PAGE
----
4. I would add to your “who you are and what you do. Identify your unique point-of-view.” When you say who you are, don’t label yourself with, e.g., I’m a consultant.” Instead slide into what you do by framing it in terms of how others have benefited from it, e.g., “I teach busy moms how to comfortably and permanently shed any extra pounds at home using the latest fun dance moves.”

    You have at most 30 seconds so make them count. You never want to sound as if you’re “selling,” just providing interesting, engaging information to start a conversation wherein you can provide some free, useful tips to the other person.

    In networking where you are most likely using your introduction, you want to make it all about helping the other person, not achieving some pre-set goal for yourself.

  5. I totally agree Signe. When I say to “know who you are” that is indeed knowing who you uniquely are and how you serve others in a way only you can.

    You are so right it is about the other person. I think we’ve all been on the receiving end of a networker who is just trying to sell us. I don’t know about you but it makes me want to find someone else to talk to, FAST!

    I think if we can all be clear about the following two questions, we’ll best answer when someone asks, “So what do you do?”

    1) WHO do I serve?
    2) HOW do I serve them (what do I help them accomplish in a way no one else does)?

  6. Exactly! You want to get them talking about themselves. You can learn so much that can be helpful for you to help them and learn more about potential prospects (perspectives, needs, wants, attitudes, etc.).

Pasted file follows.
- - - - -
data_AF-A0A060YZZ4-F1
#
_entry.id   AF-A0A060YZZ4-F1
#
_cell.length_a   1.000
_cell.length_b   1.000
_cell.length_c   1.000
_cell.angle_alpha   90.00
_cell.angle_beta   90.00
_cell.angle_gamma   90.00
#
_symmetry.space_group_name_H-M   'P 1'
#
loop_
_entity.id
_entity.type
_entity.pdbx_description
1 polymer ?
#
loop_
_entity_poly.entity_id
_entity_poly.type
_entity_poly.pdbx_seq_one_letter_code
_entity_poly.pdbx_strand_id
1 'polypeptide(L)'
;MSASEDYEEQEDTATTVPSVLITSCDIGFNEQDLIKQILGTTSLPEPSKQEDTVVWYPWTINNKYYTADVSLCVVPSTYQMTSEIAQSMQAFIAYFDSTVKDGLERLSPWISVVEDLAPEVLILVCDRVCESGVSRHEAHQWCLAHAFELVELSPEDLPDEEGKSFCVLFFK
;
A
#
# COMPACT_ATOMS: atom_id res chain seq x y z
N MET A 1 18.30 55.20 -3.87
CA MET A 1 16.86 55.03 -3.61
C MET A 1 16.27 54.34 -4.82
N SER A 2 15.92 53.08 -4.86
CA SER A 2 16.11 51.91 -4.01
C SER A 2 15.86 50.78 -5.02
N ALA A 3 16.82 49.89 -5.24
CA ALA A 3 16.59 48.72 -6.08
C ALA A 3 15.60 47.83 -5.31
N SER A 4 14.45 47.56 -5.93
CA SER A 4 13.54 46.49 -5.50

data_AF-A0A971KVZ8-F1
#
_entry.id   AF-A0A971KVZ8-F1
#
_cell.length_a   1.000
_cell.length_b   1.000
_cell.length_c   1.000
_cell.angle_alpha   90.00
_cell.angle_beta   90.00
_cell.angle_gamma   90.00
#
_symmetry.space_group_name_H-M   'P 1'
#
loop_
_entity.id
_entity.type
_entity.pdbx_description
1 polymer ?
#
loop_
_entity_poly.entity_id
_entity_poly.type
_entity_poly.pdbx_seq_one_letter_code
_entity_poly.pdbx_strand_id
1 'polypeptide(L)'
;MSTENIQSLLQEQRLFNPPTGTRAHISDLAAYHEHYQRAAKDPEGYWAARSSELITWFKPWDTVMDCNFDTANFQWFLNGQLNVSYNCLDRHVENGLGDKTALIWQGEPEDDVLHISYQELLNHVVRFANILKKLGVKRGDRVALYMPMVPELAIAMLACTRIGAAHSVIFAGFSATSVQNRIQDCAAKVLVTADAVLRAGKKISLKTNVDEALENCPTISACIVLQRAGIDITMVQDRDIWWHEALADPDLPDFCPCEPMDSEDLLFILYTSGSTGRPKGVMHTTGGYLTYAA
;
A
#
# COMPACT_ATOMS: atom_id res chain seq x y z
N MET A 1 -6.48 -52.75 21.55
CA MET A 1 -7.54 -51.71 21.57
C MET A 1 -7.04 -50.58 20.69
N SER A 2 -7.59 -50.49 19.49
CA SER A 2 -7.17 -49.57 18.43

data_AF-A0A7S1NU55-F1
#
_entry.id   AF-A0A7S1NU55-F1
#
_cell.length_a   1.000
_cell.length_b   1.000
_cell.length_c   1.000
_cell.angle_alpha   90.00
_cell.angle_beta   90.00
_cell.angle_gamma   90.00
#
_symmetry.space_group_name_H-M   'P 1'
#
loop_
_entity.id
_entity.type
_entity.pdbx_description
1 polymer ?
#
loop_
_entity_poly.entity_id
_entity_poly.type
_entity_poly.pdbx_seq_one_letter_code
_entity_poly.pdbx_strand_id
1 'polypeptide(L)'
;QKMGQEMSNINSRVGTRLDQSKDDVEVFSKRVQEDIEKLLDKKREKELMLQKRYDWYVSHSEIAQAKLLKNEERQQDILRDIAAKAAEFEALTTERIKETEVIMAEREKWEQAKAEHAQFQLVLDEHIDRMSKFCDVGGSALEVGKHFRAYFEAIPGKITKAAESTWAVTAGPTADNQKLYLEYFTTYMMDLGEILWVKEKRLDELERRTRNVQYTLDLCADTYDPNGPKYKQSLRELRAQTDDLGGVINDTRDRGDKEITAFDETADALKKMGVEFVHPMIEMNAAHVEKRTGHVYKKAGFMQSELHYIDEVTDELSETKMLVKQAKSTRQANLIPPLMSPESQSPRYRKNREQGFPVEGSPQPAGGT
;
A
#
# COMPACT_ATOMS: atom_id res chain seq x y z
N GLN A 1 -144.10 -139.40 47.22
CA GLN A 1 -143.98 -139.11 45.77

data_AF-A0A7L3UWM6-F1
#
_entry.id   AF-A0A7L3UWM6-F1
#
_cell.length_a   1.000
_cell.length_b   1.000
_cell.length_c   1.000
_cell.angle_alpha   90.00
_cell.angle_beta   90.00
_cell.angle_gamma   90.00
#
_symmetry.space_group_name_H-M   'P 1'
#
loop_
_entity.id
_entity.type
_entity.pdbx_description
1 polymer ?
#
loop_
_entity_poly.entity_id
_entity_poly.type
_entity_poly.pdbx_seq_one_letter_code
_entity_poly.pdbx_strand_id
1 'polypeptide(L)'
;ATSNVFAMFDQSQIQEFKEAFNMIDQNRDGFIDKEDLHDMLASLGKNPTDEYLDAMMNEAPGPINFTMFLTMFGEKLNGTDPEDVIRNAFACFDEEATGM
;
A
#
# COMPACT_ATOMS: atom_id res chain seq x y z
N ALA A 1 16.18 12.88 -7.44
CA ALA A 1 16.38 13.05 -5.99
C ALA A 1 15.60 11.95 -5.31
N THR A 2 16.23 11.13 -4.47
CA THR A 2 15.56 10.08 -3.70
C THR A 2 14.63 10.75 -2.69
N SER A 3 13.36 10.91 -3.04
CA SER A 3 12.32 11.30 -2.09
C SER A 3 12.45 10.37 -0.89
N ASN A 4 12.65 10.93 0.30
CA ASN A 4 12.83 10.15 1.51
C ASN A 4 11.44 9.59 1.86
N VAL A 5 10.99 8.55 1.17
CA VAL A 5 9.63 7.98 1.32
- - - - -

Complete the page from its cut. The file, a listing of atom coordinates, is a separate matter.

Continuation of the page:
And, besides, your being focused on them creates a great first impression. Show interest and listen and they will tell you just about anything you could want to know.

    This reminds me of an exercise I have people do to learn to interact, listen, and make small talk comfortably. Talk to complete strangers anywhere: in a store, in a bank. Make an observation about the common environment or, better still, sincerely compliment the person on something.

    People need and love to be noticed and given attention. Furthermore,they have stories they are dying to share. It’s good practice for you and can totally make their day.

  7. Hi Debbie – Several months ago mine finally came to me: I help experienced dieters keep their weight off permanently. Permanent weight loss starts in your mind, not in your mouth.

    It is so easy to remember, because it is what I am about. It feels great to finally have a concise and intriguing summary of what I do! Thanks for your help in me getting there.
    Laura

  8. Very interesting blog, thank you Debbie.
    I’m been struggling with my elevator speech for the best part of a year now. You’ve hit it on the head why that is – I’m still not clear on my market!
    Talking about the benefits that my clients have experienced definitely helps, though!
    Ania